CBL-Mariner and CBL-Delridge are just two of the Linux-related deliverables developed by Microsoft and offered by the Linux Systems Group. Others include the Windows Subsystem for Linux version 2 (WSL2), which is part of Windows 10 and Windows 11; an Azure-optimized Linux kernel designed for optimal performance as guests of Hyper-V*; and Integrity Policy Enforcement (IPE), a Linux security module (LSM) offered by the Enterprise and Security team.
Microsoft has other Linux-related projects built within it, including Azure Sphere, its Linux-based microcontroller and secure IoT services, and SONic, an open-source operating system for network switches, released as part of its Open Compute Working Project (OCP).
During the 2018 edition of the RSA conference Microsoft announced the availability of a preview version of Microsoft Azure Sphere, its solution for creating highly secure Internet-connected microcontrollers (MCUs). Azure Sphere includes three components that work together to protect and power edge devices:
- Azure Sphere Certified Microcontrollers (MCUs): a new class of crossover microcontrollers that combines both real-time system and application processor with embedded Microsoft security technology;
- Azure Sphere OS: With this operating system, Microsoft hopes to offer unparalleled security and agility. Unlike RTOS that are common in MCUs today, the IoT in-depth defense operating system provides multiple levels (layers) of security. It combines security innovations pioneered in Windows, a security monitor, and a custom Linux kernel to create a highly secure software environment and a reliable platform for new IoT experiences;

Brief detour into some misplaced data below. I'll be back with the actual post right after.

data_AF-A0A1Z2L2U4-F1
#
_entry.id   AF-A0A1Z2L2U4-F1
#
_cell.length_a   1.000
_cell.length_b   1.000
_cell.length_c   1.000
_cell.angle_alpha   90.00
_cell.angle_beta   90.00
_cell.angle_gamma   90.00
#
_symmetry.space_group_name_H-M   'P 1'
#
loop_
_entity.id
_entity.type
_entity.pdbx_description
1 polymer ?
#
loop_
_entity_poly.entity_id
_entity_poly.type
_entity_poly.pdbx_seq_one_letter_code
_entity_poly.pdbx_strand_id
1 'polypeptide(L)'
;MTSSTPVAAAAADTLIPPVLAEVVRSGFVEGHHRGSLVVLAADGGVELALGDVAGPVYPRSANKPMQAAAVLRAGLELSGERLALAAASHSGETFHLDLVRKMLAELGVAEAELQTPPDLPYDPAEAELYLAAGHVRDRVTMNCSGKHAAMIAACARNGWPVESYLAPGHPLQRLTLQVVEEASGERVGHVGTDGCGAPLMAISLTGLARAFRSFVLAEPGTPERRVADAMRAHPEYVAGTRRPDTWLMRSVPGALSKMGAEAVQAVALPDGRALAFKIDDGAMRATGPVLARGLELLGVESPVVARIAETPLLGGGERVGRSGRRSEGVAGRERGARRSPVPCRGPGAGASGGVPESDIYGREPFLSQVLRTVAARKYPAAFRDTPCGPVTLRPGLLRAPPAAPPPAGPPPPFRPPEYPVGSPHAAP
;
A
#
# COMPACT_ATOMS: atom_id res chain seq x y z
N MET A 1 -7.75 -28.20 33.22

- Azure Sphere Security Service: A turnkey cloud service that protects every Azure Sphere device, it establishes trusted device-to-device and device-to-cloud communications through certificate authentication, detects emerging security threats in entire Azure Sphere ecosystem through online failure reports and renewing its database through software updates.
In detail, Azure Sphere OS has five layers of security:
- layer 0: it is material -related;
- layer 1: a security monitor that protects the integrity and access to critical resources;
- layer 2: a custom Linux kernel;
- Layer 3: on-chip connectivity services that secure your cloud connection and provide access to the Azure Sphere security service;
- Layer 4: Secure application containers that share code for agility, stability, and security.
Microsoft has announced SONic (Software for Open Networking in the Cloud) as the final piece of the puzzle in delivering a fully open-source switching platform that can share the same stack of hardware software from multiple network switch vendors. It is a completely open source software stack for operating network devices such as switches with a lot of functionality. Built in conjunction with leading vendors in the networking industry such as Broadcom, Arista, Dell and Mellanox, SONic can run on a variety of switching platforms via the SAI specification.
When it was unveiled in 2016, SONic was no longer a prototype, as it was already deployed in Microsoft’s cloud. The version made by Microsoft that was open source brought improvements to the one used in production within the company. While the open source software stack was tested at this time on Debian, Microsoft explained that it could theoretically support all other Linux distributions. SONic is based on a modular architecture with a lightweight stack built for data center networking needs. Microsoft also explained that its collection of networking software components could easily be expanded to other open-source or proprietary software components from third-party vendors.
Source: Barnes post